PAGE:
It is based on an STM8S105 and includes an embedded debugger, ST-LINK, and a touch sensing button. Also, numerous applications are available from the STM8S-Discovery web page.
Recently, I came across an ebay seller’s page and found an exceedingly cheap STM mini development board (definitely not an alternative to the discovery) for one of the 8 bit‐microcontrollers. The little board (based on STM 8S003F3P6) is pretty good, and includes an integrated usb port. I really wasn’t expecting much for the price, but am very impressed with the hardware art.
Unfortunately, what appears to be lacking is the product documentation to guide absolute tyros with ST microcontrollers (I’m not an expert with ST microcontrollers, but have at least pulled off to stick something running well on the microcontroller after a few days spent with some great online tutorials). With a powerful magnifier glass in hand, I sacrificed one of the boards from my collection to recreate the schematic as best I could. Fortunately, the chinese manufacturer (and the reseller) did not scratch off the markings so the schematic can be traced out well.
This minimum system development board is fabricated using smd components, and some of the components are located at the bottom-side of the circuit board. D1 is the ‘power’ LED and D2 works as the ‘user’ LED. Swicth S1 is the ‘reset’ switch. The optional external crystal (Y1/8MHz), however, was not populated on the boards…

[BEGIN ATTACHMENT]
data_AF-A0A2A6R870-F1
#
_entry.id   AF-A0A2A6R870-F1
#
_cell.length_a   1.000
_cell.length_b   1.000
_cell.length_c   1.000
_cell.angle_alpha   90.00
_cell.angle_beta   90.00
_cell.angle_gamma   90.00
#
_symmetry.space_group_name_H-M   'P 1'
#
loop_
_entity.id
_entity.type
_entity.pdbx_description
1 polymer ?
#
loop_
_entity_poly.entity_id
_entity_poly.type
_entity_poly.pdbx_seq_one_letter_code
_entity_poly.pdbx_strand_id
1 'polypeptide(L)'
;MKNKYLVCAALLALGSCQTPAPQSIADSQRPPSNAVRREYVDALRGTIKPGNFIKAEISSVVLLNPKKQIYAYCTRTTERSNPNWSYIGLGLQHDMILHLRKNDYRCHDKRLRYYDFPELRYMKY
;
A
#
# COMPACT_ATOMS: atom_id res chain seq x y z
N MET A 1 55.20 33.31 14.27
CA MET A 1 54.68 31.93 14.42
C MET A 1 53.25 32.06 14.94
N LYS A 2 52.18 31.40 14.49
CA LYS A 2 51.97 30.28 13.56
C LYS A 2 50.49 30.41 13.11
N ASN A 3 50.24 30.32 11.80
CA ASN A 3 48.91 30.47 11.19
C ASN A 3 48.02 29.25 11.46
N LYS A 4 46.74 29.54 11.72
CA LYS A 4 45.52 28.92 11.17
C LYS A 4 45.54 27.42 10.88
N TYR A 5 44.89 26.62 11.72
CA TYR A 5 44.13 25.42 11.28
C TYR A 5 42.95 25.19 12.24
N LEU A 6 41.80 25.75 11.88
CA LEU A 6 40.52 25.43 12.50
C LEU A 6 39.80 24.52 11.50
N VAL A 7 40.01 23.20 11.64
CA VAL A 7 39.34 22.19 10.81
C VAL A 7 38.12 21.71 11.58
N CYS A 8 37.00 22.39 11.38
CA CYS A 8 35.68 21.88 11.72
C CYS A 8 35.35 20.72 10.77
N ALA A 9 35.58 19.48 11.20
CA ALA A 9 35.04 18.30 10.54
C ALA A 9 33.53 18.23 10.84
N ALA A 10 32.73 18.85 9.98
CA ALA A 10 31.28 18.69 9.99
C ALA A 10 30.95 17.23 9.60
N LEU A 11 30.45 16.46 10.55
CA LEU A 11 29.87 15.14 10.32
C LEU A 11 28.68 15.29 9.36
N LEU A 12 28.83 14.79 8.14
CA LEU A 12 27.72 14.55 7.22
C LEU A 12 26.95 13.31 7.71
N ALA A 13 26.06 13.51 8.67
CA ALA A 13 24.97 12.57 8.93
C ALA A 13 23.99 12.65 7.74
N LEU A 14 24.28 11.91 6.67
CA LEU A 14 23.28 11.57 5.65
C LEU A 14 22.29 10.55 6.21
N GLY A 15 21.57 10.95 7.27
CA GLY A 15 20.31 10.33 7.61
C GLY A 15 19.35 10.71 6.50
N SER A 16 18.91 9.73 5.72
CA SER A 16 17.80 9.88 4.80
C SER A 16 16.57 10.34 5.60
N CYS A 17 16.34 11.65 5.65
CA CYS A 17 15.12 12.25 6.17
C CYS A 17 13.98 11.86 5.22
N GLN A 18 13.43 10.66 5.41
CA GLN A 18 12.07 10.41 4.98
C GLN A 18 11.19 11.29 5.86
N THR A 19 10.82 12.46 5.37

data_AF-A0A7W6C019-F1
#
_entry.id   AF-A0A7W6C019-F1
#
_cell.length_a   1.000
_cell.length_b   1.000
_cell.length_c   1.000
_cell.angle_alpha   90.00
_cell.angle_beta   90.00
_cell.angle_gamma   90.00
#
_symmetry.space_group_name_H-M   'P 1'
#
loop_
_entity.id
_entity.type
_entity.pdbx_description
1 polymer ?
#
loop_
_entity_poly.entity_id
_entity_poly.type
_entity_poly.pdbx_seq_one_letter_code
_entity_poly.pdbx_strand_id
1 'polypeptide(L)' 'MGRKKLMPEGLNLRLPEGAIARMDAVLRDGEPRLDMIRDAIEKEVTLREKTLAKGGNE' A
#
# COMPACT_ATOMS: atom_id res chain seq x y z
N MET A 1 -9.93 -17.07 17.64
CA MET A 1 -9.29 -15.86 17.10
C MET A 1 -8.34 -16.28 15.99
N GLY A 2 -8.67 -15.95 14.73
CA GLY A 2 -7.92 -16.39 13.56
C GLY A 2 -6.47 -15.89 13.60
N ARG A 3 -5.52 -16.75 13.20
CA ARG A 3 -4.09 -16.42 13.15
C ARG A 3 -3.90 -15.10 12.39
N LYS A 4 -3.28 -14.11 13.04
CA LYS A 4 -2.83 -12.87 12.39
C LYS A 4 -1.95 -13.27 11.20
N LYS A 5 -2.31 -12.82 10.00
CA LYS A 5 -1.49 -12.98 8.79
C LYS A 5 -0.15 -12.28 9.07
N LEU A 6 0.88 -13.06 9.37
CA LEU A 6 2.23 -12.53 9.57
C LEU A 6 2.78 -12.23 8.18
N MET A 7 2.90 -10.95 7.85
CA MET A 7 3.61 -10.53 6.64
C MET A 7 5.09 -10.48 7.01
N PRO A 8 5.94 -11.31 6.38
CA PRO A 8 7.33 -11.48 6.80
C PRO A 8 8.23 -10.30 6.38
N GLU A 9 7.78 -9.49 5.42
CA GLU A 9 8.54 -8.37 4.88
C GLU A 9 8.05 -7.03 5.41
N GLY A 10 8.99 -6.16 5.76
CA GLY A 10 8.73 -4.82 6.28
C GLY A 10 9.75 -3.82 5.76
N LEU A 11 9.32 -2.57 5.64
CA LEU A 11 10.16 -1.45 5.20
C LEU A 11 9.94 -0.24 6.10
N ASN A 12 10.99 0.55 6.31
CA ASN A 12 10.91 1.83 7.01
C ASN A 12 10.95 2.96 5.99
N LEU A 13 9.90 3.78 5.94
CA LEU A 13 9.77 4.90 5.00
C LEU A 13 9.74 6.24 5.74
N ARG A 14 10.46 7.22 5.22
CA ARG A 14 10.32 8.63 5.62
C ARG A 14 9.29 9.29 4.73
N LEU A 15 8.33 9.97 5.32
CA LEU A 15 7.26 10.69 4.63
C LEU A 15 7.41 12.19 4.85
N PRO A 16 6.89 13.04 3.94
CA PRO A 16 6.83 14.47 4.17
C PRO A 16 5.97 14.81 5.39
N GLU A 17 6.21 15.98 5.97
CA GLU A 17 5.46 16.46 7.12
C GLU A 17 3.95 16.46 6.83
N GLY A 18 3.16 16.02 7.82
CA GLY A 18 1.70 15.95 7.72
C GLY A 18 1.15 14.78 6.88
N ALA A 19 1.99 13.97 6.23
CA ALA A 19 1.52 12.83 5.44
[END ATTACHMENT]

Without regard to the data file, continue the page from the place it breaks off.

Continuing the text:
The Dark Side
The renowned STM8S Discovery board is pretty feature packed, and includes an integrated ST‐LINK for programming and debugging over USB. The circuit board has been designed so that we can simply snap off the ST LINK part if we like to use the microcontroller on its own. All we need to do is provide a USB A to USB B cable and download the various development tools, datasheets and libraries. The STM8S-DISCOVERY ST-LINK is realized using STM32F103C8T6, portion of the schematic of which (lifted from the original ST document: Doc ID 16361 Rev 3 11 ), is shown here for your quick reference.
But, here in this minimum system development board, it was observed that the on-board usb port is only for the power supply input. So programming can be done through the Single Wire Interface (SWIM) with the help of something like the popular STLinkV2. If you are looking for a small STM8 board for your little project – demands a minuscule board (with built in power supply circuit) to control a few GPIOs – this mini development board is a wise choice. Otherwise, you are moving towards an expensive mistake, I think.
Any Hacking? Not learned about it till date. But may be tomorrow I will revert with some findings if I am lucky enough!
Yes, it possible to implement a software USB microcontroller STM8. I just noticed a very useful article “Software USB port on the STM8”. Here is the link of the 2-part article: http://ziblog.ru/2014/02/20/programmnyiy-usb-na-mikrokontrollerah-stm8.html